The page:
Normally players declare their attacks and fast roll all identical attacks simultaneously. It’s easy and convenient, and when the rolls are independent of one another the impact is minimal. In the case of Acts of Faith it’s also less than optimal due to the possibility of wasting or misusing Miracle dice. As the number of wounds on the target decreases it may be advantageous to change your strategy to maximize your chances of killing the target. Because the decision to use a Miracle dice occurs immediately before the roll, you may want to hold off on using them if the target is already dead or sufficiently weak. To accommodate this you can use the following process:
- Determine how many Acts of Faith you can perform and set aside that many attacks.
- Fast roll the attacks that weren’t set aside.
- Resolve the remaining attacks one by one, applying Miracle dice where appropriate.
Probability of Kill: When to Ignore the Chart
The strategies above are intended to maximize the statistical advantage of using Miracle dice in situations where your options are limited. The exception is when the target has fewer wounds than the damage capability of the attack, and you’re now looking at whether or not a particular attack will kill a target instead of just maximizing damage. In that situation you can treat the damage roll as its own gatekeeper, with the probability being the chance that the damage inflicted is greater than the wounds remaining on the target. In that situation you would want to substitute whatever value will maximize the probability of killing the target.
For example if I have a weapon that deals 1d6 damage and the target has 6 wounds left, I have a 17% chance of killing it. If my hit roll is a 4+ and my Miracle dice is a 6 I would still want to substitute the damage roll instead of the hit roll even though the chart says I will deal more damage by replacing the hit roll. This is because my goal is now to kill the target, and not just deal the most amount of damage possible. This is also a good example of why you would want to save your Miracle dice for the last attacks in the sequence.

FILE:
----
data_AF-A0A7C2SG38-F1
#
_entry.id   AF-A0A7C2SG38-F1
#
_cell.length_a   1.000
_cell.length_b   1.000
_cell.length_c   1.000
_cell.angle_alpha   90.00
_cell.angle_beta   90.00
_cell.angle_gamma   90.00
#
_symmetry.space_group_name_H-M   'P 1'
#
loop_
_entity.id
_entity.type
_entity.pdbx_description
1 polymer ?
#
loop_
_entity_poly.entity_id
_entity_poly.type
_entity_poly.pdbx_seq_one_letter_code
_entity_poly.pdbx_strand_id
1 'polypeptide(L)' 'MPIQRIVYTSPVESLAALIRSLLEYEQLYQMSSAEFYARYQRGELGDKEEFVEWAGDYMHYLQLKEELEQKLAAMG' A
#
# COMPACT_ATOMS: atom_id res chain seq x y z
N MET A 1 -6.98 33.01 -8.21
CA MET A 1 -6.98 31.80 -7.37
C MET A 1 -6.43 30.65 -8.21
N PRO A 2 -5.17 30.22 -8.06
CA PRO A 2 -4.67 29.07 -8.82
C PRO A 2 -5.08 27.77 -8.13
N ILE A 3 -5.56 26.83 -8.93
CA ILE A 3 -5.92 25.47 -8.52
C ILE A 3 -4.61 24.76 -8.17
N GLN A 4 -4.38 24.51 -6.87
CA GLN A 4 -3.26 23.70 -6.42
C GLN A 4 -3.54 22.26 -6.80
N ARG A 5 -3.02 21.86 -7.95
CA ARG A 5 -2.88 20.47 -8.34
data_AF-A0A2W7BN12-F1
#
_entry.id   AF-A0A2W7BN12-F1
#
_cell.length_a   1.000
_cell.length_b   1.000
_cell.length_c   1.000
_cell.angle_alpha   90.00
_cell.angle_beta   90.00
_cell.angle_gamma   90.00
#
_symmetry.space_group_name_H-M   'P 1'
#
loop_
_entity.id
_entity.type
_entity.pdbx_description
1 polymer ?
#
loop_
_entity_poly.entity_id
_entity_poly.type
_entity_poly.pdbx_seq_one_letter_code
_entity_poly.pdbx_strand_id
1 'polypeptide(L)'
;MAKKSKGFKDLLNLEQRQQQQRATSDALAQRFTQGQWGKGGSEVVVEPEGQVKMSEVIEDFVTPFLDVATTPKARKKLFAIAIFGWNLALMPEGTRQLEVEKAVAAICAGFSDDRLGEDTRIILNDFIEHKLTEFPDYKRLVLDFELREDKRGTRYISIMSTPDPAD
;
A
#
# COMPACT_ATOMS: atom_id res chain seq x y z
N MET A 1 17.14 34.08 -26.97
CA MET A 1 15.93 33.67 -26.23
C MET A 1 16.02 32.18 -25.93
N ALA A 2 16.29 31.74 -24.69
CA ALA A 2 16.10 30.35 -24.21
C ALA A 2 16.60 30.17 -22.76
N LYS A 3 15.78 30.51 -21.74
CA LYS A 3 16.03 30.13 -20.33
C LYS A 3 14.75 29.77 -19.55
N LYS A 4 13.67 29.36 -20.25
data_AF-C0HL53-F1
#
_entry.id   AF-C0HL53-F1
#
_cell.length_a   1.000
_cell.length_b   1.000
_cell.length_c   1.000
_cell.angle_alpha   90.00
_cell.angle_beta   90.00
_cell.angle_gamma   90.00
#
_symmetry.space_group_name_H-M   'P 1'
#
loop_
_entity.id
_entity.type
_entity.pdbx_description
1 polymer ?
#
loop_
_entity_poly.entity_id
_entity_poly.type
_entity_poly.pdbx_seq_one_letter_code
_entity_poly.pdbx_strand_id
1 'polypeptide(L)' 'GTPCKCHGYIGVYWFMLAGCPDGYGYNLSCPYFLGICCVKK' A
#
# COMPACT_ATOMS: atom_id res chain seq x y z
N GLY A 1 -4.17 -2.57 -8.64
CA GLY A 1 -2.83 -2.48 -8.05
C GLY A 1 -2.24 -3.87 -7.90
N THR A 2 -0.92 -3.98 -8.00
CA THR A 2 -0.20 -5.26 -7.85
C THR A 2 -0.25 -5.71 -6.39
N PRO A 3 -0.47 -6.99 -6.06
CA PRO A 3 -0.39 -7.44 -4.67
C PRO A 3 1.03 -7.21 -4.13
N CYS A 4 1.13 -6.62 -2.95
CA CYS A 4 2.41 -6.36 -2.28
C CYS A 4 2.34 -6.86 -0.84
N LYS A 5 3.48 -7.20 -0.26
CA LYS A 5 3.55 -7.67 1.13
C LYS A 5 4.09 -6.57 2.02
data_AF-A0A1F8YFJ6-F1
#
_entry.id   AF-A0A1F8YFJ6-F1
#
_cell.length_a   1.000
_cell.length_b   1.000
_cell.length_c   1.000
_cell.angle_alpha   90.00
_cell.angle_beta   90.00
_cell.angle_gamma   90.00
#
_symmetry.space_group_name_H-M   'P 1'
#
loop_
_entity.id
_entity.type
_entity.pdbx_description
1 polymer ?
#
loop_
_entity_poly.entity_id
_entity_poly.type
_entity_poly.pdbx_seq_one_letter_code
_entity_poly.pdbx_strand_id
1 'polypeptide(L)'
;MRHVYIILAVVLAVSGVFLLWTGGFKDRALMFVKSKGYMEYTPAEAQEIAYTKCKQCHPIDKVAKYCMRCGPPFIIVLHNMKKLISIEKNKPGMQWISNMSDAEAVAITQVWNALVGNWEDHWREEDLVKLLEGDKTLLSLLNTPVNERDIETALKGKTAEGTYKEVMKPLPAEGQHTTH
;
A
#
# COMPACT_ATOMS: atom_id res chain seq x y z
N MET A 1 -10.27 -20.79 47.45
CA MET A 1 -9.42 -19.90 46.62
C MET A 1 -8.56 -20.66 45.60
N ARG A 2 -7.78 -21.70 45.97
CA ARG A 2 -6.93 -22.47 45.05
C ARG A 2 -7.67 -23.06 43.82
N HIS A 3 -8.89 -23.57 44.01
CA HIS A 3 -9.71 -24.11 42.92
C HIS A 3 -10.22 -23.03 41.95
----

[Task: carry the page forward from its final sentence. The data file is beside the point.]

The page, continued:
Acts of Faith are a fascinating part of the Adepta Sororitas, and offer a unique and fun way to change the tide of battle. When properly applied they can turn the tide of battle, removing uncertainty. Definitely a cool ability for an awesome army.
- While modifying the damage result is very powerful, often the improvement in eliminating the probability of a hit or wound roll is greater than changing the damage roll relative to the average result.
- When using multiple Acts of Faith, it’s generally better to substitute the worst hit/wound roll value on multiple attacks.
- When fast rolling, set aside a number of attacks equal to the number of Acts of Faith you intend to perform and then fast roll the remainder before determining how to apply your Miracle dice.
- Faith and Fury is an excellent way to finish off a high value target.
- Against targets with fewer wounds than the amount of damage able to be inflicted by the attack, consider regarding the damage roll as a gatekeeper with a probability of killing the target.
Thanks for reading! If you have any feedback, feel free to drop a note in the comments below or email us at firstname.lastname@example.org. If you have any questions that you would like answered in a future article like this one, please submit them here.
Finally thanks again to Tim Pinney for his insight and suggestions with this article. Tim is a member of Team Brohammer and is a frequent guest on the Sister Act Podcast.